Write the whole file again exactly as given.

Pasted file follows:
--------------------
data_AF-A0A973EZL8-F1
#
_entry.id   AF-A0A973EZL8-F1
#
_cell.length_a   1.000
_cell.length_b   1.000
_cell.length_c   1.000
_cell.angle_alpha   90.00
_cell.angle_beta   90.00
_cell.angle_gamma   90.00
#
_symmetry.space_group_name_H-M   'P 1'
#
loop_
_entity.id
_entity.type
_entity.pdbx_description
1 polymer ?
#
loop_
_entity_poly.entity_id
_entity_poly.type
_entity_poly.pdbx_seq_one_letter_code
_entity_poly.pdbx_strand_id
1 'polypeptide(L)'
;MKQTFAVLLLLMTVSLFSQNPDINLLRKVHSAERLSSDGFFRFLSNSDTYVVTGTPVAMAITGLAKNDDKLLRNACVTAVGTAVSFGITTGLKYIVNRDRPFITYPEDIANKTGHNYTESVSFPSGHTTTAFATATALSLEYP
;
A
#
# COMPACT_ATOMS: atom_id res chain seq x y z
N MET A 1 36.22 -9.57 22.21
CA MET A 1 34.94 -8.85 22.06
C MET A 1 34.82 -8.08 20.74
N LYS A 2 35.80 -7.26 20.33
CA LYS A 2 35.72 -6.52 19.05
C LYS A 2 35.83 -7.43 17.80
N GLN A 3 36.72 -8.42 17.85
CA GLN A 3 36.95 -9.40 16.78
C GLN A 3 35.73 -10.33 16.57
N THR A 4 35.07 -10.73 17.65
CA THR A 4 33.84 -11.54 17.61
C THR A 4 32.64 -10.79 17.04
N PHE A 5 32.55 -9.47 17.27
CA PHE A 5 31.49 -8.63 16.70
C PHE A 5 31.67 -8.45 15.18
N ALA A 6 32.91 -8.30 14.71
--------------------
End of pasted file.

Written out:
data_AF-A0A973EZL8-F1
#
_entry.id   AF-A0A973EZL8-F1
#
_cell.length_a   1.000
_cell.length_b   1.000
_cell.length_c   1.000
_cell.angle_alpha   90.00
_cell.angle_beta   90.00
_cell.angle_gamma   90.00
#
_symmetry.space_group_name_H-M   'P 1'
#
loop_
_entity.id
_entity.type
_entity.pdbx_description
1 polymer ?
#
loop_
_entity_poly.entity_id
_entity_poly.type
_entity_poly.pdbx_seq_one_letter_code
_entity_poly.pdbx_strand_id
1 'polypeptide(L)'
;MKQTFAVLLLLMTVSLFSQNPDINLLRKVHSAERLSSDGFFRFLSNSDTYVVTGTPVAMAITGLAKNDDKLLRNACVTAVGTAVSFGITTGLKYIVNRDRPFITYPEDIANKTGHNYTESVSFPSGHTTTAFATATALSLEYP
;
A
#
# COMPACT_ATOMS: atom_id res chain seq x y z
N MET A 1 36.22 -9.57 22.21
CA MET A 1 34.94 -8.85 22.06
C MET A 1 34.82 -8.08 20.74
N LYS A 2 35.80 -7.26 20.33
CA LYS A 2 35.72 -6.52 19.05
C LYS A 2 35.83 -7.43 17.80
N GLN A 3 36.72 -8.42 17.85
CA GLN A 3 36.95 -9.40 16.78
C GLN A 3 35.73 -10.33 16.57
N THR A 4 35.07 -10.73 17.65
CA THR A 4 33.84 -11.54 17.61
C THR A 4 32.64 -10.79 17.04
N PHE A 5 32.55 -9.47 17.27
CA PHE A 5 31.49 -8.63 16.70
C PHE A 5 31.67 -8.45 15.18
N ALA A 6 32.91 -8.30 14.71